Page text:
“I lost my house, I lost everything,” the 50-year-old native of Cabo Rojo, on the island’s southwestern shore, told The Daily Beast.
Looking to help rebuild her mother’s home, and to provide for her own daughters and grandchildren on the island, Ocasio Borrero relocated to Florida with plans of staying at a friend’s mobile home in Daytona Beach and working at a hospital. In an interview, she described how, in the months after arriving, she was evicted, fired, lost her mother, dealt with bouts of homelessness and pneumonia, moved to Tampa, then Orlando, learned English, got remarried, suffered a miscarriage, and struggled to treat her epilepsy and chronic high blood pressure.
She also claimed that staff at a shelter damaged her birth certificate, impairing her search for employment. But with the assistance of the nonprofit Florida Rights Restoration Coalition, Ocasio Borrero registered to vote and cast her first-ever ballot at her presidential primary in March.
Now she’s working with the Florida branch of another activist group, Vote Riders, to update her Florida state identification card with her latest address so that she can vote in the general election next week without the risk of any complications. If she succeeds, she could join a new pool of dislocated voters who have long been hyped, but have yet to materialize, as a decisive force in Florida politics.
“Every time you change [your address], it’s a job,” said Ocasio Borrero. “But you have to vote. This is important. Very, very important. This is a crucial time. You need to vote for the change, to help our community.”
Fleeing environmental and economic devastation, an estimated 300,000 Puerto Ricans had decamped to the Alligator State by 2019, even before a wave of earthquakes racked their native island. The mass evacuation of so many U.S. citizens from the territory into the perennial swing state was followed by a deluge of speculation about a new community of voters—enraged at President Donald Trump’s uninspired response to the crisis—who might counterbalance the Cuban refugee community that has bent the peninsula to the right for decades.
“An Exodus From Puerto Rico Could Remake Florida Politics,” blared an October 2017 headline in The New York Times.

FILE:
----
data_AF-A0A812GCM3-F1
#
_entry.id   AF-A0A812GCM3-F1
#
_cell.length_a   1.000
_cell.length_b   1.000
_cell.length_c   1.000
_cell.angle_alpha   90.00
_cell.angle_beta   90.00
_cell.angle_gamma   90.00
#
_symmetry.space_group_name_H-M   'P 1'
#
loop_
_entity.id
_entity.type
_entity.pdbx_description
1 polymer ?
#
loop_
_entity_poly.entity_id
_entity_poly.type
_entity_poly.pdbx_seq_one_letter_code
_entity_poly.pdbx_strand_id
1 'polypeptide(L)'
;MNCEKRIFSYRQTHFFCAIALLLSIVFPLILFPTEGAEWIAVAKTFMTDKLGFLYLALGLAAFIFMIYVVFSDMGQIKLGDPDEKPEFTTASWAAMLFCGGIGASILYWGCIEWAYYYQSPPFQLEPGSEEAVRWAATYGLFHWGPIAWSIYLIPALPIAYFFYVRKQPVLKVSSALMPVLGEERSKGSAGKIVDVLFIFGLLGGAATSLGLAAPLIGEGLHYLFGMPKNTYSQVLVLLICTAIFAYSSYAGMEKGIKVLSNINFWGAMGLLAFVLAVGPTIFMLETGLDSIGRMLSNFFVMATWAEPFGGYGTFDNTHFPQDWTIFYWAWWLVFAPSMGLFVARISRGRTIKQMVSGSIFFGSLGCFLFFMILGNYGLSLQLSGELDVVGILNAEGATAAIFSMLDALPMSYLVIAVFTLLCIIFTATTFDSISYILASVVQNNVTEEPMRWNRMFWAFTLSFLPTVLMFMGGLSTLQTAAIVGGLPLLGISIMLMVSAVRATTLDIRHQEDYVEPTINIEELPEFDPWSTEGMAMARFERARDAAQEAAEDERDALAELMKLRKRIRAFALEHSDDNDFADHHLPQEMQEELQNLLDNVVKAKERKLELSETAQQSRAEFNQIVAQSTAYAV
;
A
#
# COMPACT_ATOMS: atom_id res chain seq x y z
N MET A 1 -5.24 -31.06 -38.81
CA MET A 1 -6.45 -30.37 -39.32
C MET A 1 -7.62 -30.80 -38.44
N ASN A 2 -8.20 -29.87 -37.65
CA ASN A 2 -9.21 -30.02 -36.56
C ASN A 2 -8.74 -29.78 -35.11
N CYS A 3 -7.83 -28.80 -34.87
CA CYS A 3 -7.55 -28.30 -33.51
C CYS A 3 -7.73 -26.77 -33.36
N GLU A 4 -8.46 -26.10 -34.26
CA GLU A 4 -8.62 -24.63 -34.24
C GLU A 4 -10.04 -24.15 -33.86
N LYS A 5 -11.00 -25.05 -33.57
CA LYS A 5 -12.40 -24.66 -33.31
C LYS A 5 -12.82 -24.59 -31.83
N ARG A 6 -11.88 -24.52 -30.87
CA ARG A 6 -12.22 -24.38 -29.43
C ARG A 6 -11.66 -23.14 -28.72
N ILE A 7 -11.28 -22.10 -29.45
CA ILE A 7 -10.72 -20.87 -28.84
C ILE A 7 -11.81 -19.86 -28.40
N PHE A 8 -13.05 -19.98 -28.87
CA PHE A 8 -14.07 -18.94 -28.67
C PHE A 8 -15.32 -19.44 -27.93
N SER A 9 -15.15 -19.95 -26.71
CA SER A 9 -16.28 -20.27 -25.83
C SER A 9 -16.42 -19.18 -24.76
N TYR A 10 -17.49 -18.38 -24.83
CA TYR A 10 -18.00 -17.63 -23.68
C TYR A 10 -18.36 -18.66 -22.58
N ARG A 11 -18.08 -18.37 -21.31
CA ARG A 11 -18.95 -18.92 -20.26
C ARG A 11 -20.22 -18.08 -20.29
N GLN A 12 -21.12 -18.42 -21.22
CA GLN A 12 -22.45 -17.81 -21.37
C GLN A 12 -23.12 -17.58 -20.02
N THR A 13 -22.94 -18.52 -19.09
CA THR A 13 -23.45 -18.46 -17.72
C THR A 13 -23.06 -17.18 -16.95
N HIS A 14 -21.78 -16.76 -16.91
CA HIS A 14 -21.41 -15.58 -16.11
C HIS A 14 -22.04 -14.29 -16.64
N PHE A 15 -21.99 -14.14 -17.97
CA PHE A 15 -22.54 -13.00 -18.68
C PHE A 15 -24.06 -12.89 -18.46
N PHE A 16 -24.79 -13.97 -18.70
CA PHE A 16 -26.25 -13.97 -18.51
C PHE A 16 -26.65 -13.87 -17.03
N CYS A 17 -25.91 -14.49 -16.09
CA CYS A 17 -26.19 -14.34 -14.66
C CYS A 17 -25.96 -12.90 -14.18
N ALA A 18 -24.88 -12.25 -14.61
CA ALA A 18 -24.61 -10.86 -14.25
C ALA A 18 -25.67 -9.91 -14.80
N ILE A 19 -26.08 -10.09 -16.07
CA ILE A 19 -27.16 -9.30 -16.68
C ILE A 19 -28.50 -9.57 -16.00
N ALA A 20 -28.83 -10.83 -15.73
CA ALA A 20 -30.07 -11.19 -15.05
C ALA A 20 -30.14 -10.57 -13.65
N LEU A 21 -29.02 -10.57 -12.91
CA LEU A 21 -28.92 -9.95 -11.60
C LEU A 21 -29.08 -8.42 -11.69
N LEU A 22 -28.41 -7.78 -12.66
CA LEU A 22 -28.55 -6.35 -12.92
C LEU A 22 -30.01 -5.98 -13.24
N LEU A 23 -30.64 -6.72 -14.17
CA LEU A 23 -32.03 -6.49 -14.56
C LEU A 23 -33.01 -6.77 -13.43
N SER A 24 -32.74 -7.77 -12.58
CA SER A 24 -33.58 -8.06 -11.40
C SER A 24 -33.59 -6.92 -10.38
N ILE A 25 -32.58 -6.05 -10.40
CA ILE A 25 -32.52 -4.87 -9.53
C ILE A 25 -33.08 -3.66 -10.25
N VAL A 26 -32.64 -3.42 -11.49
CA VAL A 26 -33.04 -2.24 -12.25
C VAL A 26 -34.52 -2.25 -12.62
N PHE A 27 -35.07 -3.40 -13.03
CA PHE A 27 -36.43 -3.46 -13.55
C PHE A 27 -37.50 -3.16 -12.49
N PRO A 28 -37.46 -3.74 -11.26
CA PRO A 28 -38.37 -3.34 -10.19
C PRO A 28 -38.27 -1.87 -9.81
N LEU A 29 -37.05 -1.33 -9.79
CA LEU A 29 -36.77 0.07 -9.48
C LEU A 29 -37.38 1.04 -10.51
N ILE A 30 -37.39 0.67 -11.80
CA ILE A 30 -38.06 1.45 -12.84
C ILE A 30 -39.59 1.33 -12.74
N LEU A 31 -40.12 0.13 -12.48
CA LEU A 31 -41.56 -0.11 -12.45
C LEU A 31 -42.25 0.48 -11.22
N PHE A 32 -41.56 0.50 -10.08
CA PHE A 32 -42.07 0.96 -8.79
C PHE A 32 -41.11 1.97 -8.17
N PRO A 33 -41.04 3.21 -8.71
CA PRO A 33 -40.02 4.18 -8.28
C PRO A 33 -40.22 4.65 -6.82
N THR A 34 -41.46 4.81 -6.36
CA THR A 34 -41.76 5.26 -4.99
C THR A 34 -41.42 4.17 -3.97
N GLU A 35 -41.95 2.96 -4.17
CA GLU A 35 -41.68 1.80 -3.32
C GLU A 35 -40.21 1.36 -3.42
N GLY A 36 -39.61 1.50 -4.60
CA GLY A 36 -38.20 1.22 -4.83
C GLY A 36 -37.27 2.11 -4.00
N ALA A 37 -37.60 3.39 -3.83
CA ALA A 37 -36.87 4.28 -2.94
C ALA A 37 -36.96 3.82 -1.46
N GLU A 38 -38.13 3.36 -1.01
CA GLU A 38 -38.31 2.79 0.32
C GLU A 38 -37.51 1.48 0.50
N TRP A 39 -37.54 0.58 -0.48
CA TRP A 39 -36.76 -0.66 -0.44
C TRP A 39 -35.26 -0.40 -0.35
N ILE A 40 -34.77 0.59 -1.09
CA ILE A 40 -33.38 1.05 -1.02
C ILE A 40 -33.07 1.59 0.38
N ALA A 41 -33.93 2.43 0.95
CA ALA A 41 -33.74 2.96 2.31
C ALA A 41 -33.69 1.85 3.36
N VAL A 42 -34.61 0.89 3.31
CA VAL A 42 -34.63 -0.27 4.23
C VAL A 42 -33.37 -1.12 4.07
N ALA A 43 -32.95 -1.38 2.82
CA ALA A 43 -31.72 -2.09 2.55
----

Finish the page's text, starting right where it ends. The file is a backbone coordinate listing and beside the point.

Even though Ocasio Borrero managed to cast her ballot once before, community leaders and organizers told The Daily Beast that the sort of obstacles she encountered may keep many recent arrivals from Puerto Rico from participating in the process.
Marcos Vilar, a political strategist and executive director of Alianza for Progress, noted that the much-touted “Maria voter” failed to materialize in 2018. That’s when GOP Gov. Rick Scott ousted Democratic Sen. Bill Nelson and the Republican Rep. Ron DeSantis beat Tallahassee Mayor Andrew Gillum to capture the governor’s mansion.
“They're just struggling to make it,” said Vilar, whose group organizes Puerto Ricans and immigrant communities around a liberal agenda. “And to many of them, unfortunately, politics or elections may come to them, on the pyramid of needs, way at the bottom.”
Vilar and others pointed to Florida’s requirement that voters present a valid identification at the polls. Taken in tandem with the stringent documentation standards residents must meet to obtain a drivers license or ID card, plus the COVID-19-related lockdown of the offices in Puerto Rico which maintain such documentation, and Puerto Ricans’ ability to exercise their franchise is in serious jeopardy.
This was not a problem for those who arrived in the first months after Maria savaged the island, and who touched down at Kissimmee, Miami, or Orlando airports, according to Father Jose Rodriguez of Orlando’s Iglesia Episcopal Jesús de Nazaret. Scott, then governor, staged multi-agency resource centers at each of those hubs in late 2017 into early 2018, which included mobile licensing units that let evacuees swiftly obtain Florida licenses and ID cards.
Rodriguez, who is completing a doctorate on the Puerto Rican diaspora, suggested there was a political motivation afoot: those who arrived from the territory in the 1980s and 1990s often voted Republican. But then Democrats set about organizing the latest wave, and the outreach effort soon ended.
"That welcome mat was pulled from under their feet,” argued Rodriguez. "Florida elections are often won by very thin margins. So this influx of voters, who all come from the same geographic area and have a lot in common with each other, could really be the tipping point that turns Florida from being a toss-up to being solidly in one column."